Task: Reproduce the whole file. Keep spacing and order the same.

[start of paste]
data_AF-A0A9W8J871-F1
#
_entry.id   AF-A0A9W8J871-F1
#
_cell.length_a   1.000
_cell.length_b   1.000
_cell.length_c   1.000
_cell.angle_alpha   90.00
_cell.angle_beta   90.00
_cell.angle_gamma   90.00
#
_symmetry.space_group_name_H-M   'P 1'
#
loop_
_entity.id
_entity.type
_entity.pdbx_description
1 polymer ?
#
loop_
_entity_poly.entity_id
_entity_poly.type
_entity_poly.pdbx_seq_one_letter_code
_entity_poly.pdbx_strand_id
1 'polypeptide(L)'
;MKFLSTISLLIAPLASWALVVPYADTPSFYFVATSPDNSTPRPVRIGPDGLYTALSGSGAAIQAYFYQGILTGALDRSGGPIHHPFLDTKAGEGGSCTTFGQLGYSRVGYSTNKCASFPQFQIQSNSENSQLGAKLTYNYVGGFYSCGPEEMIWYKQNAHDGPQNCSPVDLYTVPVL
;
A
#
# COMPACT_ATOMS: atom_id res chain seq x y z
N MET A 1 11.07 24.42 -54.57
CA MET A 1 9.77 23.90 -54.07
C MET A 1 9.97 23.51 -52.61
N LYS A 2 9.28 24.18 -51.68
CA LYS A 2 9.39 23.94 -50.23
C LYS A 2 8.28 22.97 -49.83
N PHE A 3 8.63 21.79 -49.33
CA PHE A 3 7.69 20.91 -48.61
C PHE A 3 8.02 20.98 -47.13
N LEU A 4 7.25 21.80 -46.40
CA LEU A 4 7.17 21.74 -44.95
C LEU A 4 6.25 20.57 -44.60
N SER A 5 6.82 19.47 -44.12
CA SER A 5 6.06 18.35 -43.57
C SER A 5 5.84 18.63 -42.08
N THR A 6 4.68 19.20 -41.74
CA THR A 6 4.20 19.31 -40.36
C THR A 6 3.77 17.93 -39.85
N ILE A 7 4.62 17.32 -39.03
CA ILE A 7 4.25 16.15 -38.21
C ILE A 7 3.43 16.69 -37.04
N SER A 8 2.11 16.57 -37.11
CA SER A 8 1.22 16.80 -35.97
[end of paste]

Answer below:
data_AF-A0A9W8J871-F1
#
_entry.id   AF-A0A9W8J871-F1
#
_cell.length_a   1.000
_cell.length_b   1.000
_cell.length_c   1.000
_cell.angle_alpha   90.00
_cell.angle_beta   90.00
_cell.angle_gamma   90.00
#
_symmetry.space_group_name_H-M   'P 1'
#
loop_
_entity.id
_entity.type
_entity.pdbx_description
1 polymer ?
#
loop_
_entity_poly.entity_id
_entity_poly.type
_entity_poly.pdbx_seq_one_letter_code
_entity_poly.pdbx_strand_id
1 'polypeptide(L)'
;MKFLSTISLLIAPLASWALVVPYADTPSFYFVATSPDNSTPRPVRIGPDGLYTALSGSGAAIQAYFYQGILTGALDRSGGPIHHPFLDTKAGEGGSCTTFGQLGYSRVGYSTNKCASFPQFQIQSNSENSQLGAKLTYNYVGGFYSCGPEEMIWYKQNAHDGPQNCSPVDLYTVPVL
;
A
#
# COMPACT_ATOMS: atom_id res chain seq x y z
N MET A 1 11.07 24.42 -54.57
CA MET A 1 9.77 23.90 -54.07
C MET A 1 9.97 23.51 -52.61
N LYS A 2 9.28 24.18 -51.68
CA LYS A 2 9.39 23.94 -50.23
C LYS A 2 8.28 22.97 -49.83
N PHE A 3 8.63 21.79 -49.33
CA PHE A 3 7.69 20.91 -48.61
C PHE A 3 8.02 20.98 -47.13
N LEU A 4 7.25 21.80 -46.40
CA LEU A 4 7.17 21.74 -44.95
C LEU A 4 6.25 20.57 -44.60
N SER A 5 6.82 19.47 -44.12
CA SER A 5 6.06 18.35 -43.57
C SER A 5 5.84 18.63 -42.08
N THR A 6 4.68 19.20 -41.74
CA THR A 6 4.20 19.31 -40.36
C THR A 6 3.77 17.93 -39.85
N ILE A 7 4.62 17.32 -39.03
CA ILE A 7 4.25 16.15 -38.21
C ILE A 7 3.43 16.69 -37.04
N SER A 8 2.11 16.57 -37.11
CA SER A 8 1.22 16.80 -35.97